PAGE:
IntelBrief: Selling Russia’s Military in Syria

INTELBRIEF

IntelBrief: Selling Russia’s Military in Syria

A welcome ceremony for Russian military personnel who returned from Syria at an airbase near the Russian city Voronezh, (Russian Defense Ministry Press Service via AP)

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Bottom Line Up Front

  • On August 22 the Russian Defense Ministry reportedly claimed 63,012 Russian military personnel have seen combat in Syria.
  • The Defense Ministry video claimed that Russia tested 231 new weapons in Syria, essentially using the civil war as a promotional ad for future arms deals.
  • The Defense Ministry also stated that since September 2015, Russia has conducted at least 39,000 sorties, claiming to have killed over 86,000 militants.
  • Russia’s substantial military support has the Assad regime close to a military victory in Syria, but an uncertain and violent aftermath is likely.

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Russia has openly touted the performance of its weapons systems in Syria for years. It has used its sizable involvement in the Syrian civil war as a means to bolster the Assad regime and increase Moscow’s influence in the region—and to increase its arms sales. An August 22 video by the Russian Defense Ministry provided specific—though impossible to corroborate—details as to the scale of Russia’s military effort in Syria.

The video stated that Russia has ‘tested’ 231 new weapon systems, to include cruise missiles and air defense systems. In February 2018, Vladimir Shamanov, head of the Russian Duma’s defense committee, stated that Russia had tested 200 new types of weapons in Syria. He went on to note that this had a direct and positive impact on Russian arms sales, saying ‘It’s not an accident that today they are coming to us from many directions to purchase our weapons, including countries that are not our allies.’ In March 2018, Vladimir Kozhin, a senior aide to Russian President Putin for military issues, stated ‘It’s no wonder Middle Eastern countries want to buy Russian weapons that have proven to be effective.’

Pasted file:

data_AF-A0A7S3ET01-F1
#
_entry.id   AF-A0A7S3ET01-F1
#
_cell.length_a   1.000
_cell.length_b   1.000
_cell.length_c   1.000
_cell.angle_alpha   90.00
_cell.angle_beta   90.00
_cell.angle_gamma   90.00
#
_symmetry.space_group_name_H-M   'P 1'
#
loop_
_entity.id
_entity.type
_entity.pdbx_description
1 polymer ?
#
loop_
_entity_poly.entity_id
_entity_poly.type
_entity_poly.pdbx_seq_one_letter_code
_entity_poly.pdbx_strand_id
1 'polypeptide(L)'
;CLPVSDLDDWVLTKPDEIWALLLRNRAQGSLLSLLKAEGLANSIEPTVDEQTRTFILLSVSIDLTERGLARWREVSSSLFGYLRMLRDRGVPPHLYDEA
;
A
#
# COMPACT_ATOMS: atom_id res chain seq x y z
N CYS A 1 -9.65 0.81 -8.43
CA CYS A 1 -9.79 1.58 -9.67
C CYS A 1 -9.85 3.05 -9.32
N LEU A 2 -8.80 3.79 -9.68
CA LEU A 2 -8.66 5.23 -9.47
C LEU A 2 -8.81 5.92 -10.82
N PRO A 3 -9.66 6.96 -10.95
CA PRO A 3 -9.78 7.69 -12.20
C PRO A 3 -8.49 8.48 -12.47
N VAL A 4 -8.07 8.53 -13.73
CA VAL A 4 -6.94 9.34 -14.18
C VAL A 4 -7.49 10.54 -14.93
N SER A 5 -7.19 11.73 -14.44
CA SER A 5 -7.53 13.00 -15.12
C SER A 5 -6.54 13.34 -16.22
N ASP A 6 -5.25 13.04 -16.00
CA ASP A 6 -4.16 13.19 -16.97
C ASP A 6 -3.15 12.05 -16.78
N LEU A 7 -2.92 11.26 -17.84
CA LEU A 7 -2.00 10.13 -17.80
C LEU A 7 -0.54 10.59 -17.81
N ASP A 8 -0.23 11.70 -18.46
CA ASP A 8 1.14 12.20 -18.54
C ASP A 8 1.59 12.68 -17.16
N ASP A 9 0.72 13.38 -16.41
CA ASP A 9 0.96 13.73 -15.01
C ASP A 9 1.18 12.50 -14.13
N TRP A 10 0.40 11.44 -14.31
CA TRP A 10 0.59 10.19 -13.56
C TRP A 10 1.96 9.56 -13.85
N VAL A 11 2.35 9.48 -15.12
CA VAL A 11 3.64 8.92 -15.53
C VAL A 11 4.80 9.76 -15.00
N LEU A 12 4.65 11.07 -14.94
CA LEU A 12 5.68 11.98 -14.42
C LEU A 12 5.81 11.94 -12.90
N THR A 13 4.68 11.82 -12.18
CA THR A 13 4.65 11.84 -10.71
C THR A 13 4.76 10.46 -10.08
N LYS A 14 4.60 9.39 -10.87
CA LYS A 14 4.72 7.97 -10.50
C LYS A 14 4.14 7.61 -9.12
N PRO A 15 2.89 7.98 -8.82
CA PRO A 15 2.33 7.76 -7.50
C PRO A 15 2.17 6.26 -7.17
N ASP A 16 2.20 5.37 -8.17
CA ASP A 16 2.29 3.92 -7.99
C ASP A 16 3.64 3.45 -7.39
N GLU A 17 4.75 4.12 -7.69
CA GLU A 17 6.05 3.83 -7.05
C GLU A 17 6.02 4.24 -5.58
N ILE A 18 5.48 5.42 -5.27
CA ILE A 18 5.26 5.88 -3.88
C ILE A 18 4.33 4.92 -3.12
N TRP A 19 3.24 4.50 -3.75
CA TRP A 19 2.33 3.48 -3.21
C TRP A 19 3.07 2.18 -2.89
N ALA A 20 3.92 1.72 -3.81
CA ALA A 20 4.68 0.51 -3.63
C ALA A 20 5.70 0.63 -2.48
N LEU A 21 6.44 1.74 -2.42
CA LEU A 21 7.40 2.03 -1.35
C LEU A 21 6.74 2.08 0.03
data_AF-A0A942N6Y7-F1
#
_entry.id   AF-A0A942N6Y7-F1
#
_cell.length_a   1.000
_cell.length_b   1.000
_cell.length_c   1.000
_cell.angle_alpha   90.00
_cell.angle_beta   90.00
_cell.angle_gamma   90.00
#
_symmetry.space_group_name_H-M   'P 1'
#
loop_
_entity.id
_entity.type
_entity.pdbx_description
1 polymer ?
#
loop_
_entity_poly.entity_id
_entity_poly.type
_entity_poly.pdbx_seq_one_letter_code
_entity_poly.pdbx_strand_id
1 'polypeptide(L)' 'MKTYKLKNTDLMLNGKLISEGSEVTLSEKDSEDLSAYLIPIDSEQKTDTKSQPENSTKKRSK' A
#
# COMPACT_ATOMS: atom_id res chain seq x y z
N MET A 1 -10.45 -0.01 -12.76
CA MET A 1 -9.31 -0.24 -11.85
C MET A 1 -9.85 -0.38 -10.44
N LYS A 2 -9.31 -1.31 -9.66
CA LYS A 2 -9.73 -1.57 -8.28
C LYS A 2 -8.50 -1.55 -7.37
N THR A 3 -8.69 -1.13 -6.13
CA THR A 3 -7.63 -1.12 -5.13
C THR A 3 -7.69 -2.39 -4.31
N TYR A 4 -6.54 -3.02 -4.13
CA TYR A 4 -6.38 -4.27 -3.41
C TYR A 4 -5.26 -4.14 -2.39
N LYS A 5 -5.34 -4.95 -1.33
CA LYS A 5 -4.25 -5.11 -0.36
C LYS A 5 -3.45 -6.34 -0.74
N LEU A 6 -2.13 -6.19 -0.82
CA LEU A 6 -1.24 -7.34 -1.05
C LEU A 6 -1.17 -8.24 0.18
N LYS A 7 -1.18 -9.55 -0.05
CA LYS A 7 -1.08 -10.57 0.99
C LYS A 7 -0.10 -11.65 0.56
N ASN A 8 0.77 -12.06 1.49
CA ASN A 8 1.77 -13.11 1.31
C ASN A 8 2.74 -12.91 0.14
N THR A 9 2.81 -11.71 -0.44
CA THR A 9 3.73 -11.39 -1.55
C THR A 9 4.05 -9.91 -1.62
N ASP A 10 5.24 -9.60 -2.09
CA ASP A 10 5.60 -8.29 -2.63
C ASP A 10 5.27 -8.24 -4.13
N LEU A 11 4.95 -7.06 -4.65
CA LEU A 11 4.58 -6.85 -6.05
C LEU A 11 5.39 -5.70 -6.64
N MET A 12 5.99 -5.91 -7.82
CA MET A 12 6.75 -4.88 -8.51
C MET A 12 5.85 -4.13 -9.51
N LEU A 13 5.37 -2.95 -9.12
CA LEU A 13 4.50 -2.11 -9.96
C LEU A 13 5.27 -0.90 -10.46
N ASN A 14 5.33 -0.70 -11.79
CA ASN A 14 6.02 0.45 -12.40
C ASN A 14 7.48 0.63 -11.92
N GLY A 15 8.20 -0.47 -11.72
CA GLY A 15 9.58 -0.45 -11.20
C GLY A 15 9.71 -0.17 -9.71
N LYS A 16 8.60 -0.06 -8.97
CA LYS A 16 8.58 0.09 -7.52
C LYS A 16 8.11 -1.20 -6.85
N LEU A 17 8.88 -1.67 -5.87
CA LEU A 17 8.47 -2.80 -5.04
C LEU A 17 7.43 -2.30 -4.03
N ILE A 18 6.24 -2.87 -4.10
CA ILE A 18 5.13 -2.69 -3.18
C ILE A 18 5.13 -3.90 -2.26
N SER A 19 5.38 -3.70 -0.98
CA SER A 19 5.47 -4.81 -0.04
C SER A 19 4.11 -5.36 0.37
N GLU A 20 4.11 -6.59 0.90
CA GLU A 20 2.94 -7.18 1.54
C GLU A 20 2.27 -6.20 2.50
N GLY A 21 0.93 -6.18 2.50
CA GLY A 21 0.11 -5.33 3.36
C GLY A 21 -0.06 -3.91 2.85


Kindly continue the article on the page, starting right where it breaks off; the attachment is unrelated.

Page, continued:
The August 22 video also notes that Russia has conducted over 39,000 sorties by its bombers and fighter jets, killing ‘86,000 militants.’ Russian air strikes have also killed thousands of civilians, including indiscriminate and repeated strikes on hospitals, shelters, and schools. Russia has categorically denied all civilian deaths by its air strikes, either labeling the dead as ‘terrorists’ or simply denying the deaths happened. Since January 2018, Russia had dramatically increased its air strikes in coordination with ground troops of the Assad regime, along with Iranian and Shite militias. The increased air strikes were crucial to the dramatic gains made by the Assad regime. Now Idlib is the sole remaining large-scale rebel-held territory—and will likely see an Assad regime offensive in the near future.

The Defense Ministry video stated that 63,012 Russian personnel have ‘received combat experience’ in Syria since 2015. It is unclear if this includes private military contractors (PMC) from firms such as Wagner. There was no information on casualties or deaths of Russian personnel serving in Syria. A February 7, 2018 raid led by Wager contractors on U.S. and rebel forces ended with an estimated 100 of them killed by U.S. artillery and air strikes. Even the Russian government acknowledged ‘several dozen’ Russians were killed in that raid, a rare acknowledgment of loses in its Syrian campaign.

Russian military support in Syria shows no sign of ebbing. President Putin said in December 2017 that he was ordering the withdrawal of most of Russian personnel from Syria; he later reversed that statement and said Russian personnel would stay there indefinitely. It is difficult to overstate how important Russia’s air support has been to the Assad regime. In September 2015, when Russia began air strikes in Syria, the Assad regime forces were battered and on the defensive. Three years later, the Assad regime is as close to a military ‘victory’ as it has ever been in the seven-year old civil war. Meanwhile, Russia has secured an influential foothold in the Middle East, increasing its arms sales across the region.

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